• Guy
        December 30

        I think EvanZ is probably right. The high-altitude players should not be hurt at low altitude, and may even have a slight edge there as well (like runners who train at high altitudes). The baseball example I mention is not analogous, because altitude changes the game of baseball — curveballs don’t curve, much for example. So in that sport, adapting to different conditions on the road could plausibly put CO players at a disadvantage. But it’s hard to see why that would be true in basketball.

        The fact that high altitude teams have the biggest edge following days of rest, and when opponent has few days of rest and thus must have arrived at altitude only a short time before game time, seems to confirm this is mainly a function of adapting to altitude. I bet if you look at high-altitude team wins over the course of a homestand, you will find they do better after the first couple of games (even if you control for days of rest).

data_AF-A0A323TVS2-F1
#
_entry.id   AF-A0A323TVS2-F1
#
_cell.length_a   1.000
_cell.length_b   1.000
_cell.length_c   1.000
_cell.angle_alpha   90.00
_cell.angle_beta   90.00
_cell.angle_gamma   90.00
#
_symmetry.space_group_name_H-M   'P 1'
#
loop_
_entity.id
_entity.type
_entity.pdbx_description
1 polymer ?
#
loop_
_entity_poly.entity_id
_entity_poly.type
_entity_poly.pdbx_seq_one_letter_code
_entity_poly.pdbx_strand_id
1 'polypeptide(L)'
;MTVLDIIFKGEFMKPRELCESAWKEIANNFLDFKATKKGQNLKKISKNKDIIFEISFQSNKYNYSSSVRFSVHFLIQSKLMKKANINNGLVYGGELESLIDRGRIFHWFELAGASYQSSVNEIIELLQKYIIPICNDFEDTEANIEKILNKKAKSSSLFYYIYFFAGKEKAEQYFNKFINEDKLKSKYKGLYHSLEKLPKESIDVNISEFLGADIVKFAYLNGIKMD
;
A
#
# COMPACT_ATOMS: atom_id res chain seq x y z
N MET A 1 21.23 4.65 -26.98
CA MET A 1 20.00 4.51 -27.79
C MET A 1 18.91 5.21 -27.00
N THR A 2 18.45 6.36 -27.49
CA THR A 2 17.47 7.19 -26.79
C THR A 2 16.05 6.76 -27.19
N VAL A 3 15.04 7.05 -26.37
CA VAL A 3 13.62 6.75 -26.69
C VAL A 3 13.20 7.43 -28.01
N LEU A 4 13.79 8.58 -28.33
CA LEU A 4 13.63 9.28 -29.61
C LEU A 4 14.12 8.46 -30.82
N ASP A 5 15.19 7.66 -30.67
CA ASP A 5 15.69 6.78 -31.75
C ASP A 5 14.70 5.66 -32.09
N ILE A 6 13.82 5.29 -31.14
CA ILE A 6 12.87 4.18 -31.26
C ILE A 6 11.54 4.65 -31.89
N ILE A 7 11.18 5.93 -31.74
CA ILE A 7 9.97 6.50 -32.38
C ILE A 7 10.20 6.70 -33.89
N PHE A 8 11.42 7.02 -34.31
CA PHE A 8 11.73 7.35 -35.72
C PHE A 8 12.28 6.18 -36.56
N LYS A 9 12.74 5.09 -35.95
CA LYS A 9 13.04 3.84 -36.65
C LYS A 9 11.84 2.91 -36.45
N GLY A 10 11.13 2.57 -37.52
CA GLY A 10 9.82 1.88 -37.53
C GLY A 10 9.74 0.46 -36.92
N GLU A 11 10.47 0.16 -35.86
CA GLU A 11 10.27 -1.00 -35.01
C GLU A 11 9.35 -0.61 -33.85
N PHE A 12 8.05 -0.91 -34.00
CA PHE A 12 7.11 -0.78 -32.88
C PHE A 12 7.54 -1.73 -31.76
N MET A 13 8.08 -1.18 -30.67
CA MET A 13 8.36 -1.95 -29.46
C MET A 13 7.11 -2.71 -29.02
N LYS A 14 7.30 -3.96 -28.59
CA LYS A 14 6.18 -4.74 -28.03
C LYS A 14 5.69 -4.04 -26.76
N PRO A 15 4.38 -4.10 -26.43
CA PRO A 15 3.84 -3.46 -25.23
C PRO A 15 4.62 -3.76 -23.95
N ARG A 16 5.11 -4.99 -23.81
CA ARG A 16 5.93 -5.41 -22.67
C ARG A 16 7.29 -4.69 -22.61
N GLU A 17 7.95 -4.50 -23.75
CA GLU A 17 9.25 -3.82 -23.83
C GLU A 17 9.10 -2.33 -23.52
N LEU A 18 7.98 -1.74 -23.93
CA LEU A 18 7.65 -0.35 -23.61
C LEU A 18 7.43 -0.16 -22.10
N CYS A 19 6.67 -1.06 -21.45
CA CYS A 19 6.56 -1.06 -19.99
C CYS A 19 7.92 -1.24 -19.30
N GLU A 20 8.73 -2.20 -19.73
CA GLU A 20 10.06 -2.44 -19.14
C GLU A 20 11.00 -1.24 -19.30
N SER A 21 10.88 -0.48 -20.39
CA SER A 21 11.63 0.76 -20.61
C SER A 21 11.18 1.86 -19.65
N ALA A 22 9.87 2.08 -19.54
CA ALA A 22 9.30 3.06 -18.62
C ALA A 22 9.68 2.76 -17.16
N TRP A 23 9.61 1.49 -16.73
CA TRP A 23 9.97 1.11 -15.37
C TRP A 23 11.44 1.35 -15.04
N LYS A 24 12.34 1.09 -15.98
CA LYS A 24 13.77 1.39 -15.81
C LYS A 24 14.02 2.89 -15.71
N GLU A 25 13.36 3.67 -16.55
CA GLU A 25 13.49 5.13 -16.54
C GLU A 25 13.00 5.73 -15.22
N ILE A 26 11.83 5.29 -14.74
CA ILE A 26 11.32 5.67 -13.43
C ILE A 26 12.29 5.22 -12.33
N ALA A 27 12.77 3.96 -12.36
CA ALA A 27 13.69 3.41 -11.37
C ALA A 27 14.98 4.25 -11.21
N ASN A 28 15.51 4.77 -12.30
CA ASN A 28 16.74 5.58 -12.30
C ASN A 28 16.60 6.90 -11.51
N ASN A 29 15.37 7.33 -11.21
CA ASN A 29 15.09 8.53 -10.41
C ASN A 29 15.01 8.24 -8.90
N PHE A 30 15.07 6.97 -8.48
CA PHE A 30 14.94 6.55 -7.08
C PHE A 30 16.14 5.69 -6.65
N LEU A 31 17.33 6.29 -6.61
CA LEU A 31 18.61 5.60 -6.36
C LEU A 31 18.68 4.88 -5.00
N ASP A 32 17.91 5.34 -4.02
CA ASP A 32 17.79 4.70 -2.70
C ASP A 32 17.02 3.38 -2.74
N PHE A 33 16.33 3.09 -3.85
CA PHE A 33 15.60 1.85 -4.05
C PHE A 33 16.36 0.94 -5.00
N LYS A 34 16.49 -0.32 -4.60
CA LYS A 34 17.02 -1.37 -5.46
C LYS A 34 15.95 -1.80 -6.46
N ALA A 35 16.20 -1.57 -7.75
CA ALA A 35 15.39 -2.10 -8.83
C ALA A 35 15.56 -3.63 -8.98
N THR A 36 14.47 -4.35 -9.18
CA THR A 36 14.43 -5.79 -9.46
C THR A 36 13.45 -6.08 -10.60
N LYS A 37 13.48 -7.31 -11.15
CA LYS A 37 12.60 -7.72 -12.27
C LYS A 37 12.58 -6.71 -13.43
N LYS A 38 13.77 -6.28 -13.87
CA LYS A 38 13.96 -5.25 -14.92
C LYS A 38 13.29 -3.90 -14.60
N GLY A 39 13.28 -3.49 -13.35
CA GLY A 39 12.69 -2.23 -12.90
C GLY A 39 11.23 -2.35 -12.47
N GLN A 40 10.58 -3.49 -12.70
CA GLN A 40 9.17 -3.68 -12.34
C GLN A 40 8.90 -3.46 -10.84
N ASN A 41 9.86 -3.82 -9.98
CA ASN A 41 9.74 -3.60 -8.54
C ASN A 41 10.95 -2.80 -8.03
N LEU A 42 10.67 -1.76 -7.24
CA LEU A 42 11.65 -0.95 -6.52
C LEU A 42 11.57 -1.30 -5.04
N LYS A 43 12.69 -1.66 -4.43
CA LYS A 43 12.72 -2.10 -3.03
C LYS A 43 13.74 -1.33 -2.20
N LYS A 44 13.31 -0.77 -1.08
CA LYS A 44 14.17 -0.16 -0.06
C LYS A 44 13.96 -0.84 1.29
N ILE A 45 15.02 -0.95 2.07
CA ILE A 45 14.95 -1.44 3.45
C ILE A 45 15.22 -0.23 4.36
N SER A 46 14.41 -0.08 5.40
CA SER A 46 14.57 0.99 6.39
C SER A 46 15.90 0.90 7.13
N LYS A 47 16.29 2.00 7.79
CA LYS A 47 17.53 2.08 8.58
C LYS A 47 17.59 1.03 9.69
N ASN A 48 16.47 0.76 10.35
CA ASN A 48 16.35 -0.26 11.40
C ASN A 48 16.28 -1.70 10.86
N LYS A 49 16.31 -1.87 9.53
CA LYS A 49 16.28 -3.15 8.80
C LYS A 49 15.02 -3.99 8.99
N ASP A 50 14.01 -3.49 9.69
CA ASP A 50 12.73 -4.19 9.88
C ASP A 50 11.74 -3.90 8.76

What this means for visiting teams headed for CO or DEN is that you should arrange to fly there immediately after your preceding game, and get your players to altitude as many days/hours prior to game time as you possibly can. I wonder if any teams do that?

  6. Fred Bush
    December 29

    Guy: it looks like the jazz and the nuggets are basically right on the league average for road wins. Manipulating days of rest creates sample size issues and is inconclusive. It seems almost impossible to tell whether they’re average teams that are very good at home, or good teams that are better at home and worse on the road.

  7. guy
    December 29

    Fred: I agree it would be very hard to disentangle. Only thing I can think of is looking at players who also played on other teams, and see if their productivity in DEN/UT is higher than when playing elsewhere.